The Media Must Stop Elevating Fringe Groups on Israel, Police | Opinion

These days there is much to bemoan about the state of the news media.

In our struggle to make sense of competing points of view, we used to only have to cope with the media's false balance. Born of an overzealous (even if inherently biased) pursuit of fairness, news outlets would give both sides of an issue equal representation, regardless of the respective merits or levels of support for each.

Now, we seem to have the opposite problem. A critical mass of reporting staff and editors have pivoted from objectivity to activism, utilizing their position to virtue signal or advance a predetermined worldview rather than present facts or spur public discourse. In the process, they've blurred the lines between straight news, news analysis and opinion journalism. As former New York Times opinion writer and editor Bari Weiss noted in her open letter resigning from that paper, "a new consensus has emerged in the press...that truth isn't a process of collective discovery, but an orthodoxy already known to an enlightened few whose job is to inform everyone else."

If only it stopped there. Smuggling opinions into our news, and even stifling opposing points of view, is one thing. Willfully misrepresenting facts in order to propagandize and meddle in the affairs of vulnerable minorities is another.

Consider how this has played out for American Jews. It is a fact that Jews stand united against anti-Semitism and in support of Israel. Polls consistently suggest that somewhere between 92 and 95 percent of American Jews support Israel, even if we're critical of some of its policies. And 89 percent believe anti-Semitism is a problem in the United States.

Despite this consensus, prominent news outlets have seemed to elevate any and every Jew or Jewish group who bucks this consensus, representing them as a pole of progressive Jewish opinion rather than the tiny minority they actually are. One such group, for example, advances blood libels, trivializes the Holocaust, glorifies terrorism and gives cover to anti-Semites. Another has ties to anti-Semitic groups and has been ostracized by otherwise big-tent Jewish umbrella organizations.

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The Israeli flag on May 3, 2018, in Jerusalem. On Wednesday, the Office for Civil Rights announced it had launched an investigation into NYU after a former student claimed the university fostered a hostile environment for Jewish students. Getty/Tim de Waele

Yet on nearly every Jewish-adjacent issue to grace American headlines, these fringe Jews are either profiled to give tailwinds to their cause or tokenized to give the appearance of controversy among Jews when for all practical purposes there is none. The media give a tiny minority a megaphone to voice reticence about Arab-Israeli normalization agreements; highlight their disagreement over what constitutes anti-Semitism; suggest that condemning anti-Semitism may stifle debate about Israel; make it seem like there's any real debate about sponsored trips to Israel or boycotting Israel and feature their opposition to increased police presence in neighborhoods with a surge in anti-Jewish assaults.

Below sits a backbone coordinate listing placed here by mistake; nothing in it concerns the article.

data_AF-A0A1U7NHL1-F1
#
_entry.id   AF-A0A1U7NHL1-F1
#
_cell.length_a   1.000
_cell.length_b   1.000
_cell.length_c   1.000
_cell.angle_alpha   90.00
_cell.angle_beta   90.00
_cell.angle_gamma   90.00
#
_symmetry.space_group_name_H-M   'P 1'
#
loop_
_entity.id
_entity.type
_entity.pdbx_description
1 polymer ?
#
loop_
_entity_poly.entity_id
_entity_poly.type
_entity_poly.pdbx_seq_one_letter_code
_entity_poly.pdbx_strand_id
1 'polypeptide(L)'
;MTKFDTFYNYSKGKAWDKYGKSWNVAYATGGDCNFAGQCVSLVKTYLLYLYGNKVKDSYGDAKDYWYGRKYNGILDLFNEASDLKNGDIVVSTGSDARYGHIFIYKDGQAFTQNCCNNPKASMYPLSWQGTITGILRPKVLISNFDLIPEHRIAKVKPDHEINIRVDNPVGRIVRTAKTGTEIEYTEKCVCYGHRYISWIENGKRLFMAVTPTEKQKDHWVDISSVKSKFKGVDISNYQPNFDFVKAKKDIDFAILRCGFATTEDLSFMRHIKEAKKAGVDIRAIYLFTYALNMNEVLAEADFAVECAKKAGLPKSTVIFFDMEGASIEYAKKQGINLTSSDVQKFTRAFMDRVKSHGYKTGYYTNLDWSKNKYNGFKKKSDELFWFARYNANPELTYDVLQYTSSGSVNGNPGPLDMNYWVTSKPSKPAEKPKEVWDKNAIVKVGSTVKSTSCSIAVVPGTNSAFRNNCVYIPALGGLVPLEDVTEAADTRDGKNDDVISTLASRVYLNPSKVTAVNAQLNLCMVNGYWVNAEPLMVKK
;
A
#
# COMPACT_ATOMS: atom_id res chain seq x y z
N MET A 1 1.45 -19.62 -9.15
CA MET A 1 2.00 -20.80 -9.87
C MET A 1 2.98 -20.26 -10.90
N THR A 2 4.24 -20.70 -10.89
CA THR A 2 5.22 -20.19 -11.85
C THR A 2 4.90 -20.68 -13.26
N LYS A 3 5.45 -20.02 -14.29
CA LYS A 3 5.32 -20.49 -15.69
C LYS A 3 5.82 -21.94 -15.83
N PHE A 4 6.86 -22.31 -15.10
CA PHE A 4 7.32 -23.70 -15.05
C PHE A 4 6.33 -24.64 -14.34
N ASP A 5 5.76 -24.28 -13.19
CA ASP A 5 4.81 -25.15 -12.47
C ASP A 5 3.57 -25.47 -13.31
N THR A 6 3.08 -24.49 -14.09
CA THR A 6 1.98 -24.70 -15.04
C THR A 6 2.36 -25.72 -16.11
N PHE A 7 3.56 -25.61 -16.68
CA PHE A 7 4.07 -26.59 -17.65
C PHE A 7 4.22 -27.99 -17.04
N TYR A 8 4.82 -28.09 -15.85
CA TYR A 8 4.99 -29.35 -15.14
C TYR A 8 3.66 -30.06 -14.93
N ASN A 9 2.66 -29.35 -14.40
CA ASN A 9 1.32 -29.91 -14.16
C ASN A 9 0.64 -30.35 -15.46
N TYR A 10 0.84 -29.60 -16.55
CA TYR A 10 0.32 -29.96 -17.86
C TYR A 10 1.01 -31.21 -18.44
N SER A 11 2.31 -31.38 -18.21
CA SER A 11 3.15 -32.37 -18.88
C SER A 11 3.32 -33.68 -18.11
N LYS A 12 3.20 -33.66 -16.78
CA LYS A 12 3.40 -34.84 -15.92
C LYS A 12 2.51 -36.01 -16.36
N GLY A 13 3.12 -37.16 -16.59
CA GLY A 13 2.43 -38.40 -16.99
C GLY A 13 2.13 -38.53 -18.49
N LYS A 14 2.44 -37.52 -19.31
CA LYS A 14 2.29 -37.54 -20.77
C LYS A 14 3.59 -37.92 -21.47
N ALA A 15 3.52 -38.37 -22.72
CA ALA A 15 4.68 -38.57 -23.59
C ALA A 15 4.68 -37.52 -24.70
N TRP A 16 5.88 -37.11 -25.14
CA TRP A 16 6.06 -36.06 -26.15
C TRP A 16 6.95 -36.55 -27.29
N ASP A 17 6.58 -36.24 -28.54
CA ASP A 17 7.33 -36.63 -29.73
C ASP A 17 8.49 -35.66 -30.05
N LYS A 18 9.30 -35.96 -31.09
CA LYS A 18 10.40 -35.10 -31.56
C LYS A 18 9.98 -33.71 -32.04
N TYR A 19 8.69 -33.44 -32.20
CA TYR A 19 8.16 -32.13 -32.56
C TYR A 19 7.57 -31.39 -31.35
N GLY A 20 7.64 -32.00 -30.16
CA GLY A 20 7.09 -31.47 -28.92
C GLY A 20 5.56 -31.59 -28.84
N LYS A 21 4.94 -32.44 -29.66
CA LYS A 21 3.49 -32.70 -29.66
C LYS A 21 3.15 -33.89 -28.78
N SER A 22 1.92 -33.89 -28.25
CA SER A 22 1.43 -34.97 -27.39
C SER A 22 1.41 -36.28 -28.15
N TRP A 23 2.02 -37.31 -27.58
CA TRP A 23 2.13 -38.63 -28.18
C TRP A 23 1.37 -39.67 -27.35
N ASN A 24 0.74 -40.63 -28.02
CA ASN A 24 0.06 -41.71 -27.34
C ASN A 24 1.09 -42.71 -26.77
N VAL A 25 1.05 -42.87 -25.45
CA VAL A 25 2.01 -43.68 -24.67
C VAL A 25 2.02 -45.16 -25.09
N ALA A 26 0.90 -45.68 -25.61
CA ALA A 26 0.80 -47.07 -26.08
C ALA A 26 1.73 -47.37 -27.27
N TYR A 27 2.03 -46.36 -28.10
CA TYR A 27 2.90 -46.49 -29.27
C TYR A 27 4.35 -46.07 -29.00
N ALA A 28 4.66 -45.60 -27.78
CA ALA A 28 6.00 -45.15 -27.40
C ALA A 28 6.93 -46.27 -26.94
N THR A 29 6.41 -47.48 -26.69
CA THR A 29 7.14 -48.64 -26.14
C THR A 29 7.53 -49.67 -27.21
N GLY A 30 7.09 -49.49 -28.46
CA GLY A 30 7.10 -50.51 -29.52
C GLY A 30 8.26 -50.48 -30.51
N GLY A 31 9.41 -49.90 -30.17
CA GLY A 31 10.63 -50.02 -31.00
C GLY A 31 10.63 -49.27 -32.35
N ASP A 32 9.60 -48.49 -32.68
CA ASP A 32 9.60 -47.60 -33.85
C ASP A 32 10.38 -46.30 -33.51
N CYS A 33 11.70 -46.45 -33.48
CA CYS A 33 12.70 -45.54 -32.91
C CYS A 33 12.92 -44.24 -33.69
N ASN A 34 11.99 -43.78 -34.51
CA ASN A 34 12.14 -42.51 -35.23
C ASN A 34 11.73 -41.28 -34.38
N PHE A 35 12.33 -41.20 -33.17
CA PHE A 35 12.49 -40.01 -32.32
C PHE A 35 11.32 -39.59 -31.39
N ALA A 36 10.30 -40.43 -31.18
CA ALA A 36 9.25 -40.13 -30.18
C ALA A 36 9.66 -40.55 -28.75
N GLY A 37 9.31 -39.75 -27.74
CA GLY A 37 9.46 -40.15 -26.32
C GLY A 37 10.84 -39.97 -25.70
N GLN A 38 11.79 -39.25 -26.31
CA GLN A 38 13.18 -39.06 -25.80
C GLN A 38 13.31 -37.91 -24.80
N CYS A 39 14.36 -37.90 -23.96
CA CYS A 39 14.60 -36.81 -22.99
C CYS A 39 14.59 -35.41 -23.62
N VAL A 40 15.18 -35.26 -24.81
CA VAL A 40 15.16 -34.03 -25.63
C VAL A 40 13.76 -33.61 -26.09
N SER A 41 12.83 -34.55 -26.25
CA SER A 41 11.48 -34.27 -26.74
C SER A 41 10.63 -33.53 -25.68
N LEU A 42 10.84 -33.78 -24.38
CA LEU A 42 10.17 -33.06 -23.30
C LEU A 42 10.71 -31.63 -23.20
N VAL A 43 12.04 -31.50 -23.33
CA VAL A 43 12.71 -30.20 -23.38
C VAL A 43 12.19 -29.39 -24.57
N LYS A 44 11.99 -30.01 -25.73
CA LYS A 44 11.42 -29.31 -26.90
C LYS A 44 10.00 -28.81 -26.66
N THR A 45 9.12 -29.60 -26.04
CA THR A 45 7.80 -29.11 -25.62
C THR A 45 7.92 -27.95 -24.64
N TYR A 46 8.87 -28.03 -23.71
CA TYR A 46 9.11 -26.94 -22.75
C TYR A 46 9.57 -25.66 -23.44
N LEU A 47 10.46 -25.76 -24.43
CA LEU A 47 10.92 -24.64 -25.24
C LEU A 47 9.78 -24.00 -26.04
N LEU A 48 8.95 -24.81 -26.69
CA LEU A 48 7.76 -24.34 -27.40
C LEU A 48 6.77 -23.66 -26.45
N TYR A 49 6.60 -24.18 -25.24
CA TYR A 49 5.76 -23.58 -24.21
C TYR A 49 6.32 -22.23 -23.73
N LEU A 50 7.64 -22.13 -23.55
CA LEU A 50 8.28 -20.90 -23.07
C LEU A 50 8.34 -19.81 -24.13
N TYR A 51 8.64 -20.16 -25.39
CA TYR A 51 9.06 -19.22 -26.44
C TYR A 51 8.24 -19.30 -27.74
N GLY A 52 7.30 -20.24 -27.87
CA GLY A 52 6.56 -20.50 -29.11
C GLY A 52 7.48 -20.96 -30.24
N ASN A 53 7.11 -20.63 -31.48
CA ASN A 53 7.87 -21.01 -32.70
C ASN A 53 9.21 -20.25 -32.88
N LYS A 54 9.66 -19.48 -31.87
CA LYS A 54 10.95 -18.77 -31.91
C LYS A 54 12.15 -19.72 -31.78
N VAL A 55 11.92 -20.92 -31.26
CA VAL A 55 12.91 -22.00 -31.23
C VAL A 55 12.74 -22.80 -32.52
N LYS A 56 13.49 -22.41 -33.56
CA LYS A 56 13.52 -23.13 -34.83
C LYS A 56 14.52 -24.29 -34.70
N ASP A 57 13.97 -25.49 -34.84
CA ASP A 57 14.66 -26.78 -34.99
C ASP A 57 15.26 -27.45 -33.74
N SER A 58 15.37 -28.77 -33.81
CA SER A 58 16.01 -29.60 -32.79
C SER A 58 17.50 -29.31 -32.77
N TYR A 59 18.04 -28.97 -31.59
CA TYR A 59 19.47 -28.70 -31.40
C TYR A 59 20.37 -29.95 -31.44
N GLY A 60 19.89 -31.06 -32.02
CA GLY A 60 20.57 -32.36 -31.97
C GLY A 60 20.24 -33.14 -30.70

Or how about Black Americans? A Gallup poll in August revealed that 81 percent of Black Americans either want the same or expanded police presence in their neighborhoods, even while recognizing the urgent need to address anti-Black police brutality and racism. Yet one could be forgiven for assuming the exact opposite, given the fawning media coverage this past summer surrounding "defund the police" campaigns. Amidst confusion surrounding the phrase, The New York Times even published a piece unequivocally titled "Yes, We Mean Literally Abolish the Police."

These aren't simply cases of false balance. False balance cannot explain the sympathetic tone afforded to fringe Jewish groups—media outlets refer to them as "exciting," "seizing the moment," "important to watch" and so on. Nor can it explain why news media applied the same tone to defund-the-police activists, calling their proposals a "moral and economic case," a "reimagining [of] what public safety looks like" and so forth. Imagine if these same outlets profiled the "exciting" movement of anti-vaxxers, or climate deniers who are "reimagining sustainability" to challenge the scientific consensus.

The danger in each case is not merely rhetorical.

For Jews, the opinions being hounded in the media, if realized, would actually mean dissolving a safe haven for Jews, distancing Jews from their heritage, holding Arab-Israeli peace hostage to progress with Palestinians and empowering anti-Semites. Fortunately, there's little evidence that this kind of journalistic activism has so far made an impact on the real world.

For Blacks, it almost certainly has. In the wake of this activist and media pressure, policy changes were swift. Many cities, including New York, Los Angeles, Seattle, San Francisco, Austin and Denver, either slashed or proposed slashing police budgets to the tune of 10 to 20 percent. The Minneapolis City Council took it a step further, voting to remove from its city charter the requirement to maintain a police department. Ask the 81 percent of Blacks cited in the poll whether they feel these changes truly advance racial justice.

Regardless of motive, this is an alarming trend with potentially dangerous consequences. Individuals and communities who are directly impacted by this kind of biased and harmful reporting have the right to demand more.

Zach Schapira is executive director of the J'accuse Coalition for Justice.

The views expressed in this article are the writer's own.